American Utopia Review : Pop Culture Happy Hour David Byrne and Spike Lee. Two artists with very defined, very distinct, and yet very different, sensibilities — but when you put them together, it works. The theatrical concert film David Byrne's American Utopia, now streaming on HBO Max, is a career-spanning celebration of Byrne's music, both with Talking Heads and his solo work. Director Spike Lee shoots the stage of Broadway's Hudson Theater from a host of angles to capture the exuberant, rollicking — yet rigorously choreographed energy — of Byrne and his fellow barefoot, silver-gray-suited performers.

'American Utopia': David Byrne's Coming To My House, Via HBO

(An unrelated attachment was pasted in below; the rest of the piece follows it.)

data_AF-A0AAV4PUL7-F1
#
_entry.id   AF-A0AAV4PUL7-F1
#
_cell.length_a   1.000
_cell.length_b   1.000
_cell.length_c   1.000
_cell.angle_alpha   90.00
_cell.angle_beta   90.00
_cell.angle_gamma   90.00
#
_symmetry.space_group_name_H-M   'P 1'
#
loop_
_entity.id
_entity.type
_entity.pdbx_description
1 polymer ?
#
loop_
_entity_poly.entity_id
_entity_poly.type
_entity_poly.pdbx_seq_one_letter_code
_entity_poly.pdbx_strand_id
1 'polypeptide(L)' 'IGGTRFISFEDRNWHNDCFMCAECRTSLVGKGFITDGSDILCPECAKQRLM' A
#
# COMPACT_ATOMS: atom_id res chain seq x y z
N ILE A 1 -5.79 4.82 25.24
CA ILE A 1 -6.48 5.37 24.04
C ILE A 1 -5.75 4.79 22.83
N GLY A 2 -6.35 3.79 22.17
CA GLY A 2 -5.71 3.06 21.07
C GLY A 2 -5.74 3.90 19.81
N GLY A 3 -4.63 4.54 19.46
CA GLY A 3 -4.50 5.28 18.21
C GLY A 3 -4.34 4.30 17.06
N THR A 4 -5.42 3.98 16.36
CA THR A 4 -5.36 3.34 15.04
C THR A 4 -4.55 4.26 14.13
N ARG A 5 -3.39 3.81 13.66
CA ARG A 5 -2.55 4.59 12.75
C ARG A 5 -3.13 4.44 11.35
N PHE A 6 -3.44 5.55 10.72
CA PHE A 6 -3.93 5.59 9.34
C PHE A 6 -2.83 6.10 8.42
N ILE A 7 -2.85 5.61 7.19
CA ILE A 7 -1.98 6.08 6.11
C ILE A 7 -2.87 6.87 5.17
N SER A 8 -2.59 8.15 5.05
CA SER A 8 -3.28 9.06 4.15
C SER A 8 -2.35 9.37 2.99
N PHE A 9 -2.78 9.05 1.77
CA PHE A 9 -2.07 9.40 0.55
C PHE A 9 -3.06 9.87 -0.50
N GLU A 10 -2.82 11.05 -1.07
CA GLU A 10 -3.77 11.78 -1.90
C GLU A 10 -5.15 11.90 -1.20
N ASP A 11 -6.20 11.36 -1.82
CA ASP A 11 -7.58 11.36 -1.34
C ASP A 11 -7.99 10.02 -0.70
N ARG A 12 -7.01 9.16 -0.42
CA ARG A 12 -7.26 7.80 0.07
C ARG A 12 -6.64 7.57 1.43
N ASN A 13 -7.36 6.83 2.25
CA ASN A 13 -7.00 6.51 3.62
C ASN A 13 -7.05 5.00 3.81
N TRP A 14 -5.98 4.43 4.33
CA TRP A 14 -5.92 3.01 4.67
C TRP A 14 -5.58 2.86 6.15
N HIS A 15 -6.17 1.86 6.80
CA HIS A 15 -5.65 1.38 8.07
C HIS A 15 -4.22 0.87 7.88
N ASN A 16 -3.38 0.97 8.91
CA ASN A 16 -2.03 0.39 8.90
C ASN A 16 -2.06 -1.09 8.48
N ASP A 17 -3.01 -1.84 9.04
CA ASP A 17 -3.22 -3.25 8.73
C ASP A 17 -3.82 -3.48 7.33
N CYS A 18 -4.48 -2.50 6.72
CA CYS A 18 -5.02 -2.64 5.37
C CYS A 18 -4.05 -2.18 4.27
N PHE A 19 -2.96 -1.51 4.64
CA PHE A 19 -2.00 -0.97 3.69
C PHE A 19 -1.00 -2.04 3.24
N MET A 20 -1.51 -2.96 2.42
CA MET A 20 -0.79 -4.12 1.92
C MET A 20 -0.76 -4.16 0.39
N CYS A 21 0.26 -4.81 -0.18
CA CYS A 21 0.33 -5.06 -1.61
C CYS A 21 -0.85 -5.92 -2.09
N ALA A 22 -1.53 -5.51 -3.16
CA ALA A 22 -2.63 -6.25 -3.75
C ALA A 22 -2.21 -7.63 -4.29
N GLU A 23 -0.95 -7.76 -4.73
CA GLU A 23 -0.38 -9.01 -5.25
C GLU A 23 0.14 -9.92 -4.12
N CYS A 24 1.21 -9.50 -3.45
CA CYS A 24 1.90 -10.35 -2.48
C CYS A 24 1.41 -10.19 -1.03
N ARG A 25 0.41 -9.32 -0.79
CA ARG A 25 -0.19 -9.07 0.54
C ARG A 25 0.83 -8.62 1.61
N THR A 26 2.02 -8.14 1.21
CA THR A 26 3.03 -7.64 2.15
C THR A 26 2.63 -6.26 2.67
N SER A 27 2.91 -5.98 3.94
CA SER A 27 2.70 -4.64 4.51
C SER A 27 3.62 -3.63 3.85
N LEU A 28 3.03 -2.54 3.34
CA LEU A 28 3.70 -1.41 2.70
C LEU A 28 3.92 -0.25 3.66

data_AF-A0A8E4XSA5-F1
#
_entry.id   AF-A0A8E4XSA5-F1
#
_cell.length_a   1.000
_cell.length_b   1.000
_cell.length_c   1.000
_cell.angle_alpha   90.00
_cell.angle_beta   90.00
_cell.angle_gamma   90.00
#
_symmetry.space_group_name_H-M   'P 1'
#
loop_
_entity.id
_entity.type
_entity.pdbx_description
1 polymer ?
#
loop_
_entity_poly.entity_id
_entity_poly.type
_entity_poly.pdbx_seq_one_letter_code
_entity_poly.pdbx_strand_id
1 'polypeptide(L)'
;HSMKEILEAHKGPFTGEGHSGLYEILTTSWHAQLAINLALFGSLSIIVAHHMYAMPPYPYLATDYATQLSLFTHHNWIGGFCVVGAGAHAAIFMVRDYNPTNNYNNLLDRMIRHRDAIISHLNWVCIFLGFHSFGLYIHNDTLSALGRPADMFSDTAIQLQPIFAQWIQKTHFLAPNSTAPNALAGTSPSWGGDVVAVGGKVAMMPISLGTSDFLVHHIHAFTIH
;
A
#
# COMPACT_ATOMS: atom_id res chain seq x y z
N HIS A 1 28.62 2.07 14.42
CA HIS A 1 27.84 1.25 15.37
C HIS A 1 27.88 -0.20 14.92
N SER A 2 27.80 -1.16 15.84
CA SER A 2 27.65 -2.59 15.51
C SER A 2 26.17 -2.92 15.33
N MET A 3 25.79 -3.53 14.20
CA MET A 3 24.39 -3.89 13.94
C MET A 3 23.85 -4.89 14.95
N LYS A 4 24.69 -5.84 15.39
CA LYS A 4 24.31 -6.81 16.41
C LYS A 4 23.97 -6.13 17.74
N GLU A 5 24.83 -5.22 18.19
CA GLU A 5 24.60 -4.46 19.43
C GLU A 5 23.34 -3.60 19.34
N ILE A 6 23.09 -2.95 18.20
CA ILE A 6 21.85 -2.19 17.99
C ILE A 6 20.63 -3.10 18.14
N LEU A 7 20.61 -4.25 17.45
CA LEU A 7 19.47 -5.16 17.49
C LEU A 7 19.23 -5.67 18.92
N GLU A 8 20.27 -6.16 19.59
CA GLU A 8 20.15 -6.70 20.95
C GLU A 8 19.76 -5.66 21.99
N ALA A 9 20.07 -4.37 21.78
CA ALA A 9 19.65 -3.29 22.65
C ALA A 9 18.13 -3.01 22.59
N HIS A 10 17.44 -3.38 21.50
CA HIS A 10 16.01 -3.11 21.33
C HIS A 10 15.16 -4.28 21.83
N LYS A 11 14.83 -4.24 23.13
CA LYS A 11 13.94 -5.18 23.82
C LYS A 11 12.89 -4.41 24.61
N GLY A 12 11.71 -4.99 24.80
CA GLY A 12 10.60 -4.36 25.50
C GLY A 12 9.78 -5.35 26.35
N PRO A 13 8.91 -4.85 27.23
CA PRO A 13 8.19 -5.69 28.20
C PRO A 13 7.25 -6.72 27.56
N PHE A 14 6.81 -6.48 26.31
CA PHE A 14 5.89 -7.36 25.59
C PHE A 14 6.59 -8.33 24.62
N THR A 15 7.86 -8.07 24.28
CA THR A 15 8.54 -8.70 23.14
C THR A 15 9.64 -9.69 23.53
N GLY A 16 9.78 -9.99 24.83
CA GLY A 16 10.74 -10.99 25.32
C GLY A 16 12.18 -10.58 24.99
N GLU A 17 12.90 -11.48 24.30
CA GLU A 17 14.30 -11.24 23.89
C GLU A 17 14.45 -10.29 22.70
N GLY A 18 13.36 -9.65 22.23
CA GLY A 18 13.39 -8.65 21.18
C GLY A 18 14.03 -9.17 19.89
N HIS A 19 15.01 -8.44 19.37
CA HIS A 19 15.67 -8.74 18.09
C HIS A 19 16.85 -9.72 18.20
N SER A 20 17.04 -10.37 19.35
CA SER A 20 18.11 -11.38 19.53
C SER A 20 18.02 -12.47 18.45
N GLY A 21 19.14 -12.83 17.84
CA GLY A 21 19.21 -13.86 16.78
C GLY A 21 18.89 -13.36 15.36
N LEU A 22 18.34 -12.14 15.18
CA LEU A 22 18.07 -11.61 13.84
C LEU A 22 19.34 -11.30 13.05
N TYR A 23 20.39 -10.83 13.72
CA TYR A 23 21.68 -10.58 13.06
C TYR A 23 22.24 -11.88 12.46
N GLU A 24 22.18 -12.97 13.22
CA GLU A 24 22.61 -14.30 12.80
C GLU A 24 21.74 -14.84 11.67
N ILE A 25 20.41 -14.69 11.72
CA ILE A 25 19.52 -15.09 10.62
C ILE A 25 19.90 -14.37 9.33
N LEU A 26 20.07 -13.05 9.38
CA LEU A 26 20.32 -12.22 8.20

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David Byrne, Spike Lee - two artists with very defined, very distinct and yet very different sensibilities. But when you put them together, it works. The theatrical concert film "David Byrne's American Utopia" is a career-spanning celebration of Byrnes' music, both with Talking Heads and his solo stuff. Director Spike Lee shoots the stage of Broadway's Hudson Theatre from a host of angles to capture the exuberant, rollicking, yet rigorously choreographed energy of Byrne and his fellow performers.

I'm Glen Weldon, and today we're talking about "David Byrne's American Utopia" on POP CULTURE HAPPY HOUR from NPR, so don't go away.


WELDON: Welcome back. Joining us from her home in Brooklyn is Soraya Nadia McDonald, cultural critic for The Undefeated. Welcome back, Soraya.

SORAYA NADIA MCDONALD: Thank you for having me.

WELDON: And also here from his home in Washington, D.C., is our old pal writer Chris Klimek. Hey, Chris.

CHRIS KLIMEK, BYLINE: This ain't no party, ain't no disco, ain't no fooling around, Glen.